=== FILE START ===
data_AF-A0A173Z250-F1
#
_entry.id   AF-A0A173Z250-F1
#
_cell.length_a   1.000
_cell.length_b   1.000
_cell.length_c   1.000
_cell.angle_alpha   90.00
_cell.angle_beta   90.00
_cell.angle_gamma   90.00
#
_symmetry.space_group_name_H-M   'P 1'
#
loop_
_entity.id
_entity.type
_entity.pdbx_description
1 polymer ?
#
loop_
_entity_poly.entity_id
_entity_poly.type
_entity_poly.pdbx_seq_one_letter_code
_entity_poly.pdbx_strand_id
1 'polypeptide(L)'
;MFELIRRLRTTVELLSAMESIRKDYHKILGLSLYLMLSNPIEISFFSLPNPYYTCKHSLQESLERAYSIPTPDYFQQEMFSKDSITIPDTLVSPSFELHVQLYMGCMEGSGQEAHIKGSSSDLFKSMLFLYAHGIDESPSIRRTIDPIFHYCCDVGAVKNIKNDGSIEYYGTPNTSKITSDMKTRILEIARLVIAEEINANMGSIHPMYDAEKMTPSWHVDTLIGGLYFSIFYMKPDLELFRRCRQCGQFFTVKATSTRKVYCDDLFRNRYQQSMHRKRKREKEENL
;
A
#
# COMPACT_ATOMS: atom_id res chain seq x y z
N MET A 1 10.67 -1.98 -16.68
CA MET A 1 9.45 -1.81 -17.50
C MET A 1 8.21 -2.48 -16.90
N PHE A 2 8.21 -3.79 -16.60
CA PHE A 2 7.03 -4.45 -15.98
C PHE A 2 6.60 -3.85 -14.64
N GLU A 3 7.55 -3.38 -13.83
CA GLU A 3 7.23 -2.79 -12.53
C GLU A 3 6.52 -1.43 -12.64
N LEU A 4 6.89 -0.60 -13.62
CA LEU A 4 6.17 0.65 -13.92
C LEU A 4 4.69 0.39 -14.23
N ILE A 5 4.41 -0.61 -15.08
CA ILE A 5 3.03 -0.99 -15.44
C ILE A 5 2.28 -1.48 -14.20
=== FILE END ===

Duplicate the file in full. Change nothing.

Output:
data_AF-A0A173Z250-F1
#
_entry.id   AF-A0A173Z250-F1
#
_cell.length_a   1.000
_cell.length_b   1.000
_cell.length_c   1.000
_cell.angle_alpha   90.00
_cell.angle_beta   90.00
_cell.angle_gamma   90.00
#
_symmetry.space_group_name_H-M   'P 1'
#
loop_
_entity.id
_entity.type
_entity.pdbx_description
1 polymer ?
#
loop_
_entity_poly.entity_id
_entity_poly.type
_entity_poly.pdbx_seq_one_letter_code
_entity_poly.pdbx_strand_id
1 'polypeptide(L)'
;MFELIRRLRTTVELLSAMESIRKDYHKILGLSLYLMLSNPIEISFFSLPNPYYTCKHSLQESLERAYSIPTPDYFQQEMFSKDSITIPDTLVSPSFELHVQLYMGCMEGSGQEAHIKGSSSDLFKSMLFLYAHGIDESPSIRRTIDPIFHYCCDVGAVKNIKNDGSIEYYGTPNTSKITSDMKTRILEIARLVIAEEINANMGSIHPMYDAEKMTPSWHVDTLIGGLYFSIFYMKPDLELFRRCRQCGQFFTVKATSTRKVYCDDLFRNRYQQSMHRKRKREKEENL
;
A
#
# COMPACT_ATOMS: atom_id res chain seq x y z
N MET A 1 10.67 -1.98 -16.68
CA MET A 1 9.45 -1.81 -17.50
C MET A 1 8.21 -2.48 -16.90
N PHE A 2 8.21 -3.79 -16.60
CA PHE A 2 7.03 -4.45 -15.98
C PHE A 2 6.60 -3.85 -14.64
N GLU A 3 7.55 -3.38 -13.83
CA GLU A 3 7.23 -2.79 -12.53
C GLU A 3 6.52 -1.43 -12.64
N LEU A 4 6.89 -0.60 -13.62
CA LEU A 4 6.17 0.65 -13.92
C LEU A 4 4.69 0.39 -14.23
N ILE A 5 4.41 -0.61 -15.08
CA ILE A 5 3.03 -0.99 -15.44
C ILE A 5 2.28 -1.48 -14.20